Makeup for Outdoor Photo-shoots

Wearing the right makeup in front of the camera is essential. The wrong foundation can make your skin tone look washed out or uneven, and failing to properly highlight features like your eyes, can make photos turn out flat. The key to looking good in front of the camera, especially outdoors, is to wear a look which is natural, and not too heavy or dramatic. Spread a thin layer of moisturizer all over your face. This will help to create a base for the foundation, which will allow it to go on more smoothly.

Select a foundation which is very close to your natural skin tone. Avoid foundations which contain SPF, as these foundations, though they protect the skin from UV rays, are reflective and will make your face appear much whiter than the rest of your skin.  Apply the foundation all over your face, including on your eyelids and lips. Use your fingers to apply the foundation, as this will give you a coverage which is not too heavy. Blend the foundation fully, making sure to pay particular attention to the jaw line.

Select a concealer which closely matches your skin tone. Using the applicator, dab the concealer underneath the eyes and on any areas where you have blemishes, dark patches or any other marks. Gently rub the concealer into the skin using your fingers.

With a powder brush, apply a loose powder, which matches your skin tone, to your forehead, nose, mouth area and chin. This will take away any excess shine and prevent your skin from reflecting the flash of the camera. Blend the powder by using the brush in a circular motion.

Lightly color in your eyebrows using a brow pencil that matches the color of your eyebrows. This will help to give the brows definition and frame the eyes. Using an eye-shadow brush, sweep a light neutral-color eye-shadow, such as cream, beige or brown depending on your skin color, all over your eyelid, from your lash line to the bottom of your brow.

Apply an eye-shadow that is a shade darker than the one you used before along the crease of your eyelid and blend it thoroughly. This darker shade will contour the eyes and make them stand out more in the photographs.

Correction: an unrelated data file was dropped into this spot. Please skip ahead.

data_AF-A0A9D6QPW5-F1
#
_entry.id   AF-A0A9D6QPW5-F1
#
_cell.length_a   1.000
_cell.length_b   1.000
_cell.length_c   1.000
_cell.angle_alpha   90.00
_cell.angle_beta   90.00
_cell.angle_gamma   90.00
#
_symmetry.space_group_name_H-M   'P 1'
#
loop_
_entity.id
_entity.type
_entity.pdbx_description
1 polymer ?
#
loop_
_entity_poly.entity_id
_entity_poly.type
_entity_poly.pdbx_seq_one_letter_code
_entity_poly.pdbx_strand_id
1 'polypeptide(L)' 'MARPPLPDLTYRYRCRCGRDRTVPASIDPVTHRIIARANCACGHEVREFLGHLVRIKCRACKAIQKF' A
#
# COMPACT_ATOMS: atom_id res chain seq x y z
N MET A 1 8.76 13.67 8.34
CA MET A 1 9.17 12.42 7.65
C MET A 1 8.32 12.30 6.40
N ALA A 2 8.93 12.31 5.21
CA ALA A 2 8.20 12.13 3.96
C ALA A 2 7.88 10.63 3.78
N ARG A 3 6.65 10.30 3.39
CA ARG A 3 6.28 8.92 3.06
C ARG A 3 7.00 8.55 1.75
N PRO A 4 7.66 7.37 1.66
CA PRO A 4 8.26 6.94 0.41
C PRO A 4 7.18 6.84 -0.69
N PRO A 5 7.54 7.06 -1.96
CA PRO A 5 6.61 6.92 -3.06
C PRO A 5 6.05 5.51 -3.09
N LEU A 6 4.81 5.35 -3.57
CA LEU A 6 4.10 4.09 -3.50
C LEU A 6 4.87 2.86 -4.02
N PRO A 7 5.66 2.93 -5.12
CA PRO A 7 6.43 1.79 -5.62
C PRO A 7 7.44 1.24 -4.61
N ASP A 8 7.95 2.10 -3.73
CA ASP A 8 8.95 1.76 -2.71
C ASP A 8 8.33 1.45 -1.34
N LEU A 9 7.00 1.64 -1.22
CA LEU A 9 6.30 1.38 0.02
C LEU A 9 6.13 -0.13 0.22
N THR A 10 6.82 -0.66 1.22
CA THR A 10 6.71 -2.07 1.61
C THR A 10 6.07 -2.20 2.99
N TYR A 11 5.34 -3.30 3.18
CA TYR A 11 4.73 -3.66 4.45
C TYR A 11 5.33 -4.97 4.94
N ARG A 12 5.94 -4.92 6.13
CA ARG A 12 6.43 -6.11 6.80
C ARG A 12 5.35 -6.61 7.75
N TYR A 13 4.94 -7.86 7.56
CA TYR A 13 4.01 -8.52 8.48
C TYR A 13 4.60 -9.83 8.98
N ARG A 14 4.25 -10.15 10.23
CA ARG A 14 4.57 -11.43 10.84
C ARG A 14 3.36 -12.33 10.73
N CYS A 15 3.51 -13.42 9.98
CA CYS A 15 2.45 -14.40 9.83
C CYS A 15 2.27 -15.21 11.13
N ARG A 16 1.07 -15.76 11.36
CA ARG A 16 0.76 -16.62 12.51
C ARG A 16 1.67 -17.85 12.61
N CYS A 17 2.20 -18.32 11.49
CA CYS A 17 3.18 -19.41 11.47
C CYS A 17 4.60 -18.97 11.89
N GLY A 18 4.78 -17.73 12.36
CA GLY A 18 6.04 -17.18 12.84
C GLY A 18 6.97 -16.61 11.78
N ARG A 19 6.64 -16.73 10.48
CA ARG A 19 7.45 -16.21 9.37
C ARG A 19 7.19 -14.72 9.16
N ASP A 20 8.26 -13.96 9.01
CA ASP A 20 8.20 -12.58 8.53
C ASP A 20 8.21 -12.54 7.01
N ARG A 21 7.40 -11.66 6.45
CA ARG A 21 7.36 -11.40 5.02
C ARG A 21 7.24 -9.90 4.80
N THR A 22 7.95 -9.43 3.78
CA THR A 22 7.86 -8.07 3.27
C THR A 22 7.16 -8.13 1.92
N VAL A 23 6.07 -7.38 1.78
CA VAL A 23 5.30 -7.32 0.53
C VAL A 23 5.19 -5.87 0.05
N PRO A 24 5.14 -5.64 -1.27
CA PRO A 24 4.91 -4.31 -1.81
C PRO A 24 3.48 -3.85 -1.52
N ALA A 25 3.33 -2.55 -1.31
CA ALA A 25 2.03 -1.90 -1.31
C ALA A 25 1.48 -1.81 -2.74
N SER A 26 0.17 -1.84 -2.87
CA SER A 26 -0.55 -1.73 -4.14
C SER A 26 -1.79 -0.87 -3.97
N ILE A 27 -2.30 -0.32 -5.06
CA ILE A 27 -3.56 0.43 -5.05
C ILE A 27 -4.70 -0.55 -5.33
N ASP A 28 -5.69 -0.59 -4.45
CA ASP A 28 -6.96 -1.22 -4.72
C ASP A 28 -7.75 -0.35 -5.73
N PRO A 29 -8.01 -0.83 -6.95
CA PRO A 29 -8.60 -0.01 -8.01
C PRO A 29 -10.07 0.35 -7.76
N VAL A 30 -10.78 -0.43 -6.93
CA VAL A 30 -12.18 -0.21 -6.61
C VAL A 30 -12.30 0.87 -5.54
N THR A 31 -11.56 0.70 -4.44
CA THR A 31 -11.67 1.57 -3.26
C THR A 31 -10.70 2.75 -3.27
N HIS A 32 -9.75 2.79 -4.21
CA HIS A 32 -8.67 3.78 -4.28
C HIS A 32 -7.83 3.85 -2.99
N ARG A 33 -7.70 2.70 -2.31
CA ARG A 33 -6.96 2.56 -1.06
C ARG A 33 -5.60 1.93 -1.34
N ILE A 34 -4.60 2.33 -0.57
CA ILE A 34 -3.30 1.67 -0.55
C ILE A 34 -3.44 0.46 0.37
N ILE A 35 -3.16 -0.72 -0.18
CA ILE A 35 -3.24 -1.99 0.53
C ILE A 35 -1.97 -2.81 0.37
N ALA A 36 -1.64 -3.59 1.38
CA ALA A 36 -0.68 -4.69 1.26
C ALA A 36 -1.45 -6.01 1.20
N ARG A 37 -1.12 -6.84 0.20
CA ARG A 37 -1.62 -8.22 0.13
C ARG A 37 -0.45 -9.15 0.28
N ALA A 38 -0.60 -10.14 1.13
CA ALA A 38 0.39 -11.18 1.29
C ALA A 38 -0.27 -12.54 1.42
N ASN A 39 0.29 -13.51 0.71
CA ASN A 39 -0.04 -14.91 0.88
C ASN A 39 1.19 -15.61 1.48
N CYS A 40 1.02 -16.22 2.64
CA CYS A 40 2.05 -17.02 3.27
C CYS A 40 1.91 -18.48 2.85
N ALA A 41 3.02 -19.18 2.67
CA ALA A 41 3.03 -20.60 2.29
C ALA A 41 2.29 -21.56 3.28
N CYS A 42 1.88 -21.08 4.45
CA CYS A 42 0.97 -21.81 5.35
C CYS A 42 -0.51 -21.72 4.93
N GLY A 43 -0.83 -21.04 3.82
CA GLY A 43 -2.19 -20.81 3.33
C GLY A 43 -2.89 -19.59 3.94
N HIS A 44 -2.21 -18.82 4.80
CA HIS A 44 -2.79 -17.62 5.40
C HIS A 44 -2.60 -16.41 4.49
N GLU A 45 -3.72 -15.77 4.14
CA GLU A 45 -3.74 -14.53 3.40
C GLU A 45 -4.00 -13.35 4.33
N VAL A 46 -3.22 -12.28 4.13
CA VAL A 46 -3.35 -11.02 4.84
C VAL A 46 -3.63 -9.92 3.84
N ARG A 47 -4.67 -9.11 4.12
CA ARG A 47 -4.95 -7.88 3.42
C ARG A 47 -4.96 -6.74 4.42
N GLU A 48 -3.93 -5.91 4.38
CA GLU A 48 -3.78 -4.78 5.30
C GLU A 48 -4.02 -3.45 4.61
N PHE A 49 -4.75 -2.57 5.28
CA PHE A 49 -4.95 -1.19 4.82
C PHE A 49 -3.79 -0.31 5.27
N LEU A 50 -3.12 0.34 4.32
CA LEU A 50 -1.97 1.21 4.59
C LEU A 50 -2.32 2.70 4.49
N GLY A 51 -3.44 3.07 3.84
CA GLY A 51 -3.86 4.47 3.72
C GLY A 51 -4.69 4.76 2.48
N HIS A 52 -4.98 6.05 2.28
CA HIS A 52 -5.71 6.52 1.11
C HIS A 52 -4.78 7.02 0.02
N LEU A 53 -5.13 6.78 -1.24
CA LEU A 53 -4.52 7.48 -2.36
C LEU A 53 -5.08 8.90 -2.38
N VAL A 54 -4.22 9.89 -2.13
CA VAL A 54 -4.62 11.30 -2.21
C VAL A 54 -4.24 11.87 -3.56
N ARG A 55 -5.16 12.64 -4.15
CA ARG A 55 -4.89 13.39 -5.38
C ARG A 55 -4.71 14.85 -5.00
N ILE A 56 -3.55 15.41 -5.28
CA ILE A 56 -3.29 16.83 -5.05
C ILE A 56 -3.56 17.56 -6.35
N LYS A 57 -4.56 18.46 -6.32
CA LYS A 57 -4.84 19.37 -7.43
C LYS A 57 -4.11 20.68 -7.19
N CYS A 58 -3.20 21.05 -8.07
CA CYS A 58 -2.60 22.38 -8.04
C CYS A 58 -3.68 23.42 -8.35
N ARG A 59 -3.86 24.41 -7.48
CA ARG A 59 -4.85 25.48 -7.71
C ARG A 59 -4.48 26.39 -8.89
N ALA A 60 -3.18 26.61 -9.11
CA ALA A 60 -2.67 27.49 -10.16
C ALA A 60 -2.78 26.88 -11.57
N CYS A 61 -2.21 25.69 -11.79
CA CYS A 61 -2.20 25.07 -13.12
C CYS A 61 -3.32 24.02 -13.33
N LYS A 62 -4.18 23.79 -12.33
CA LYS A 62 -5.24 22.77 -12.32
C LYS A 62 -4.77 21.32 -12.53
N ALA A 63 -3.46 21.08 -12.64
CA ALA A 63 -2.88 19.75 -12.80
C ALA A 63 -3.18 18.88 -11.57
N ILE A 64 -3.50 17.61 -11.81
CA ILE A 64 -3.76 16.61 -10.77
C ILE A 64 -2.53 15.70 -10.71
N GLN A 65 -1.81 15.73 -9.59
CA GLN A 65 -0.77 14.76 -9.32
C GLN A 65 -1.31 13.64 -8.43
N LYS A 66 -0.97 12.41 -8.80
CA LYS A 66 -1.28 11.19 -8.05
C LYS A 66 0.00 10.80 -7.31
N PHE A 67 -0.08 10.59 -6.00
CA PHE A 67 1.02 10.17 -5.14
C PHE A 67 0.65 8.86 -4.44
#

Apply a thin line of black liquid eyeliner all along the lash line and use a black mascara on the eyelashes to add volume.

Choose a lipstick one or two shades darker than your natural lip color, and select a lip liner which closely matches this. Line your lips with the lip liner, closely following the natural line of your lips. Lip liner is needed to define the lips. Apply the lipstick carefully straight from the tube.

Set you makeup next with a setting spray.

When You Change Your Hair For Summer

Some of my clients favorite beauty traditions is getting their hair brightened in preparation for summer months. The physical shift never fails to get them excited for cookouts, picnics, and longer days, but they have experienced a mental shift when it comes to maintaining it. While it’s easy for me to see the hours spent at the hair salon as the start-to-finish of their hair coloring process, it’s really just the first step in maintaining healthy, beautiful hair for summer. Here are some idea’s to keep your hair color in top condition.

Bleach breaks down your hair, making it brittle and dry so stay away from protein hair care lines. Although purple and blue shampoos have recently become a popular method of keeping blonde highlights from turning brassy, they can still strip color from your hair. And it can also make you blonde hair color look ashy. Use a color treated shampoo and conditioner.

And just because one brand works for someone else, does not necessarily mean it’ll work as well for yours. So shop around and have a few different hair care lines in your shower.

In general, I recommend switching up your shampoo every 6 to 12 months. Each shampoo has different minerals and proteins so your hair will get a more well-rounded treatment of both when you rotate the brand you’re using.

When it comes to heat-styling your hair, go easy on the strands near your hairline by using a lower heat setting. When you lighten your hair, your strands actually become finer and more fragile. To avoid breakage, don’t run that flatiron over your lightened hair multiple times  (in fact, I highly recommend not using a flatiron if possible and just using a curling iron or wand). If you really need one, try doing a single pass for those hairs that frame your face.

A fresh cut or color is the perfect opportunity to switch up your makeup—I’ve HAVE clients gravitating towards a bold red lip color, as it makes their face look even brighter with their blonde hair! And switch up your outfits as a white top will always make your hair look brighter, and vice versa.  The biggest change I notice in MY  clients after they get their hair colored is how their mood and demeanor immediately lifts—embrace your new hair color and the confidence it gives you!